What is called “the right to life” in anti-abortion circles is actually the claimed right of a non-viable foetus to be born. (Both sides agree on the right of a viable foetus.) The doctrine is espoused by some religious denominations as an article of faith rather than of logic or science. Morality comes into the equation, but only as the stepchild of a belief in Original Sin and a supernatural creator-god. The same faith sometimes opposes artificial (pro-active) methods of contraception, which leaves the moral position up in the air. If a creator-god forbids birth-control pills, spermicidal pills and morning-after pills, in what order of priority does he or it disapprove of them?
When does life begin? If the answer were “at conception”, why on earth should it be sinful to prevent conception? And, why delay it until after an approved marriage ceremony in an approved church? (Approved by the agents of the creator-god of the moment, that is.) Well, it’s because the agents themselves say so, they being uniquely qualified to know the mind of the god they inherited. Any debate quickly descends into a battle based on false premises. I myself claim to believe in Loki the old Norse god of luck and caprice. You can probably guess what his opinion is on this whole matter.
If life does begin at conception, there are practical problems that need to be addressed, and not just the problem of when to have one’s birthday parties. Every conception would require formal registration, lest a life be lost and not accounted for. Since conception is not immediately evident, every act of sexual congress would need to be reported. Of course that is something the average boy and girl are reluctant to tell their mothers, never mind some faceless bureaucrats in a Ministry (or Church) for the Preservation of God’s Children. Anyway, where would registration leave sperm-banks and their clients?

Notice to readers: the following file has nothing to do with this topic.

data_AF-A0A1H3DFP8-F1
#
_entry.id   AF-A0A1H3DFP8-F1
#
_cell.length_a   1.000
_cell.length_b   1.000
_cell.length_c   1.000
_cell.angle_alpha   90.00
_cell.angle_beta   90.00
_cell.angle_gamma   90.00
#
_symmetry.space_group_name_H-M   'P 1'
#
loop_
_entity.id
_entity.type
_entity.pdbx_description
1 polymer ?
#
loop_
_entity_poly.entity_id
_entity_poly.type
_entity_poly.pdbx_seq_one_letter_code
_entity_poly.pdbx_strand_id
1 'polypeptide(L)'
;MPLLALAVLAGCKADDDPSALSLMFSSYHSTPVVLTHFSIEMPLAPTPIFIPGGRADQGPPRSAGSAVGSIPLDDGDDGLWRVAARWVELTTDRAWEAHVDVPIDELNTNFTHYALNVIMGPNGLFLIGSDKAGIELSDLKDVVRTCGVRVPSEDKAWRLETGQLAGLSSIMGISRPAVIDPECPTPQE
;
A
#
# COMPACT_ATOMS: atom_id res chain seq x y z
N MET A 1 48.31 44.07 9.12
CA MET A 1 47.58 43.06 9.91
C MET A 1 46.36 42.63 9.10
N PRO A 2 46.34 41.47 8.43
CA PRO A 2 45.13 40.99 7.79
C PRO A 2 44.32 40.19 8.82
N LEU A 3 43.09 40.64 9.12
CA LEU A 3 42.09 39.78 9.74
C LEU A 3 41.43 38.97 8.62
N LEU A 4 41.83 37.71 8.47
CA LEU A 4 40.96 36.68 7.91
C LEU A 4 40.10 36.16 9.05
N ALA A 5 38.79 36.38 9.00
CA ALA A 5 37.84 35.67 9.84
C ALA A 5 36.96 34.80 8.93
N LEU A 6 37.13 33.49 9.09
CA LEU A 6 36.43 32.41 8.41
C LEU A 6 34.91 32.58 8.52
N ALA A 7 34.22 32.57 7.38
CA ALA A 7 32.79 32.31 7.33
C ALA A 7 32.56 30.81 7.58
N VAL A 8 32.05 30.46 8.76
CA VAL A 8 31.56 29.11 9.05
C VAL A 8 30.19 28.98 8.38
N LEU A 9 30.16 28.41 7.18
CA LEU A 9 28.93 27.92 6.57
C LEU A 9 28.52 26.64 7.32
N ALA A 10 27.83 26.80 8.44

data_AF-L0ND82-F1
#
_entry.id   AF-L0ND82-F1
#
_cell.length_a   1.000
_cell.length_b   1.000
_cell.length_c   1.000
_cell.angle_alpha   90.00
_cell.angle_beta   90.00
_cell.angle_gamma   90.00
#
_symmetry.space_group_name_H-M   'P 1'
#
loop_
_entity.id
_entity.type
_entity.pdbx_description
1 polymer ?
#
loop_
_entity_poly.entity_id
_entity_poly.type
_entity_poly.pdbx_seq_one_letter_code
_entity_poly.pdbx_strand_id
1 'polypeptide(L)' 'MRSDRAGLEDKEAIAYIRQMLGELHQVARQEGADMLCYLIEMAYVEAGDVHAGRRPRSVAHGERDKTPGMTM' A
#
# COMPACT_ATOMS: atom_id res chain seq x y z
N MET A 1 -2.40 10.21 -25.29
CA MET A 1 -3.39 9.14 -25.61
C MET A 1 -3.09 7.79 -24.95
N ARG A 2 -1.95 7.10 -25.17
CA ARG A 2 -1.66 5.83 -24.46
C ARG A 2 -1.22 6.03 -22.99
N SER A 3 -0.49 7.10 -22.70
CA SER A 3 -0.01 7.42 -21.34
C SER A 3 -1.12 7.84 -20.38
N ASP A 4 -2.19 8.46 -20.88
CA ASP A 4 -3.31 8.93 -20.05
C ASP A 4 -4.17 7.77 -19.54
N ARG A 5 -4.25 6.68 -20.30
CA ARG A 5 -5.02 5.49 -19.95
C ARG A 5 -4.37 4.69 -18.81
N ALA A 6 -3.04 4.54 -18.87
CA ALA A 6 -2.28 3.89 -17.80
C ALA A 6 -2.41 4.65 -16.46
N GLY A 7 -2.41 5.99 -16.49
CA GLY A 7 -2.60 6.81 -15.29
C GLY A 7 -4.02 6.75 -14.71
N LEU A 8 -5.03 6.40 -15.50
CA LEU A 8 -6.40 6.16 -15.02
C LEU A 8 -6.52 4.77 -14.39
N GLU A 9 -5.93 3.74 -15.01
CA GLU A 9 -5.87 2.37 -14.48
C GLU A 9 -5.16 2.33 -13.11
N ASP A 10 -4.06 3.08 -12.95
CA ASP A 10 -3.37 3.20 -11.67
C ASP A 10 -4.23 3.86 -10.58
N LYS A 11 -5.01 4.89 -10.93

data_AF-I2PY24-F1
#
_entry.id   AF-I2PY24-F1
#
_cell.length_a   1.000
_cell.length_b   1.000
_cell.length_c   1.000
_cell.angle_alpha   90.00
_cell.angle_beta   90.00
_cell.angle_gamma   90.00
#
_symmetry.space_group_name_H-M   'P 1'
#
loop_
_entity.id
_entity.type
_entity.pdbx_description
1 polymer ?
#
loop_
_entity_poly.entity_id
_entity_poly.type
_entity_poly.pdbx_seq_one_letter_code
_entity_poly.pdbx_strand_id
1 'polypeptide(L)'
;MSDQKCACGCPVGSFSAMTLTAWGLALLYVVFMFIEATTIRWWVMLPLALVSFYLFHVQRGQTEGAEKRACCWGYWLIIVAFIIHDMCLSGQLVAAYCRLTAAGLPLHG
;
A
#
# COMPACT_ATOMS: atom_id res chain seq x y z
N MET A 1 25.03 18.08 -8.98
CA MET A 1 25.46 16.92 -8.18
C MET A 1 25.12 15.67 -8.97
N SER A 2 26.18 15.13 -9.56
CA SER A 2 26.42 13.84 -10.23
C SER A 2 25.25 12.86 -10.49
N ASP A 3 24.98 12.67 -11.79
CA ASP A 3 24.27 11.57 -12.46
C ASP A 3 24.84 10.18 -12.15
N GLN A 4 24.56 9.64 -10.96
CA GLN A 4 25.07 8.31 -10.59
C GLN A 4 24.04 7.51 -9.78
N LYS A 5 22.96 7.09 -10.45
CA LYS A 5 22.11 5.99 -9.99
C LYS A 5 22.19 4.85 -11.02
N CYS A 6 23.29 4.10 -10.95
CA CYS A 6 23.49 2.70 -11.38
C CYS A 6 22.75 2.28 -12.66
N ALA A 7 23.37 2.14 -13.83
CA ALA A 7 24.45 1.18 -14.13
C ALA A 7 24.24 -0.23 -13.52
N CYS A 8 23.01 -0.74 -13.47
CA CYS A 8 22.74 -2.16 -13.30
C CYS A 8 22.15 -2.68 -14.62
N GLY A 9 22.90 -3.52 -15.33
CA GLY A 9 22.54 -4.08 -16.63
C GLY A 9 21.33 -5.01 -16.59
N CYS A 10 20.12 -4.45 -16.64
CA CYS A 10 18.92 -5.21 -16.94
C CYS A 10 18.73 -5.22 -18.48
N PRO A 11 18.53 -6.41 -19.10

In the movie Legally Blonde, Reese Witherspoon faced down the argument that a sperm-donor might legally be entitled to parental rights over a baby conceived using his sperm. Logically, she said, it would follow that “all masturbatory emissions, where his sperm was clearly not seeking an egg, could be termed reckless abandonment”. That’s one for the church fathers to ponder!
It’s a nice paradox, that liberals (in the British sense of the word) tend to be pro-abortion and anti-war, whereas conservatives generally oppose abortion while being pro-war. A child once born must be protected from hardship and poverty in the soft liberal world, but left to take his chances in a laisser-faire conservative society. It’s relatively rare to find a consistent opinion on the sanctity of life, however defined. Perhaps all anti-war pacifists ought to be anti-abortion, and all supporters of wars ought to be pro-abortion. The latter set doesn’t usually mind bombing a baby the minute it’s born; the former would ban the bombing while frustrating the birth. Go figure.
The famous satirical book 1066 and All That reported the English Civil War as being a struggle between the Cavaliers (“Wrong but Romantic”) and the Roundheads (“Right but Repulsive”). The descriptions could easily be applied to the parties in the debate on the right to be born. But which is which? Hmmm. My old Norse god of caprice has just told me, “It all depends...”